The Rise and Rise of Trade and Investment on the African Continent: Morocco and Egypt Finalize a New Free Trade Agreement

Thomas R. Snider - Partner, Head of Arbitration - Arbitration / Construction and Infrastructure / Mediation

Ingy Darwish - Senior Associate - Corporate / Mergers and Acquisitions / Venture Capital and Emerging Companies

Laureen Fredah Dubai International Financial Centre

For a long time, Africa has been referred to as the sleeping giant in the world of trade and investment. But with greater political stability and an economy that has grown at a faster pace than most of the rest of the world, the giant may not be asleep any more. As of 2021, Africa’s population was 1.3 billion with a collective GDP of USD 2.687 trillion. The two North African countries of Egypt and Morocco have been key contributors in this regard with Egypt having a GDP of USD 396.33 billion in 2021 and Morocco having a GDP worth USD 126.04 billion the same year. The economic punch of the continent is set to accelerate with the much anticipated and widely discussed African Continental Free Trade Agreement (AfCFTA) under which trade commenced on 1 January 2021. AfCFTA will cover all 55 member states of the African Union and will be the world’s largest free trade area since the formation of the World Trade Organization in terms of numbers of participating countries.

However, AfCFTA will not be the only agreement impacting trade on the African continent. Most African countries belong to more than one regional economic community and are a party to multiple bilateral free trade agreements. The result is that different rules of origin, tariffs, standards, and dispute resolution procedures, among other factors, apply to the same goods, and this can pose challenges to the manner in which the AfCFTA will be applied. Article 19(2) of the AfCFTA Agreement allows for overlapping membership of states but ensures that the standards provided for in the AfCFTA set a floor. Article 19(2) provides in this regard that “state Parties that are members of other regional economic communities, regional trading arrangements and custom unions, which have attained among themselves higher levels of regional integration than under this Agreement, shall maintain such higher levels among themselves.”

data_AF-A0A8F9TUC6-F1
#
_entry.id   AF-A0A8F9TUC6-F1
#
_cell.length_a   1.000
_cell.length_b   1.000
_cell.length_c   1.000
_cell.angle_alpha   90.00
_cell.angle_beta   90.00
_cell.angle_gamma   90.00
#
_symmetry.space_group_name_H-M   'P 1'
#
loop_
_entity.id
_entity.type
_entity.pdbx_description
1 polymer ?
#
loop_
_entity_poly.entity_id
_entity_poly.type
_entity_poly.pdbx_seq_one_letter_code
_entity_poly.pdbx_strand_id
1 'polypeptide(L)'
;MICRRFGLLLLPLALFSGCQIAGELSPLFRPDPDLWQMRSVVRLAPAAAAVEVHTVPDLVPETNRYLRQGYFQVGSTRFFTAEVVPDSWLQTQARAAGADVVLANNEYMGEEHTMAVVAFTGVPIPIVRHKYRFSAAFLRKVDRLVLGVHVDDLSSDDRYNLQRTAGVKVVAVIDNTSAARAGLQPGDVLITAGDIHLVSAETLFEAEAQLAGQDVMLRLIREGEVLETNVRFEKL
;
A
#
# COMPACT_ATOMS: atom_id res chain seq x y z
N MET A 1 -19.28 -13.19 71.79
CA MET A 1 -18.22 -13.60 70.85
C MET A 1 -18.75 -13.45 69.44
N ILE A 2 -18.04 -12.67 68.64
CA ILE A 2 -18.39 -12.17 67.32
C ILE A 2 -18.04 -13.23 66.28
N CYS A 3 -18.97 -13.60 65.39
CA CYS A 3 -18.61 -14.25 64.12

Morocco and Egypt leading the way the Agadir way

It was reported in January 2022 that the negotiations between Egypt and Morocco around their free trade deal had resulted in an agreement (the “Egypt-Morocco FTA”). The Egypt-Morocco FTA comes as a result of the Agadir Agreement, which is a broader free trade agreement between Egypt, Jordan, Morocco, and Tunisia. The Agadir Agreement was launched in May 2001, signed in Rabat in February 2004, and came into force in March 2007. In 2016, after six years of inactivity, the agreement was revived. The recent agreement between Egypt and Morocco is in line with Article 6 of the Agadir Agreement.

Article 6 covers rules of origination and requires that the rules within the country of origin of the materials and merchandise produced should be in accordance with the Pan European Protocol and any future alterations to it. Moreover, accompanying products with a local base and source, exported from one member states to another, will be a source certificate from the responsible official agency within the country of origin, in accordance with the special rules of origination found in this agreement.  The commission (exterior ministers of the Member States) will periodically review possible alterations to this protocol to ensure the proper application of the rules of origination.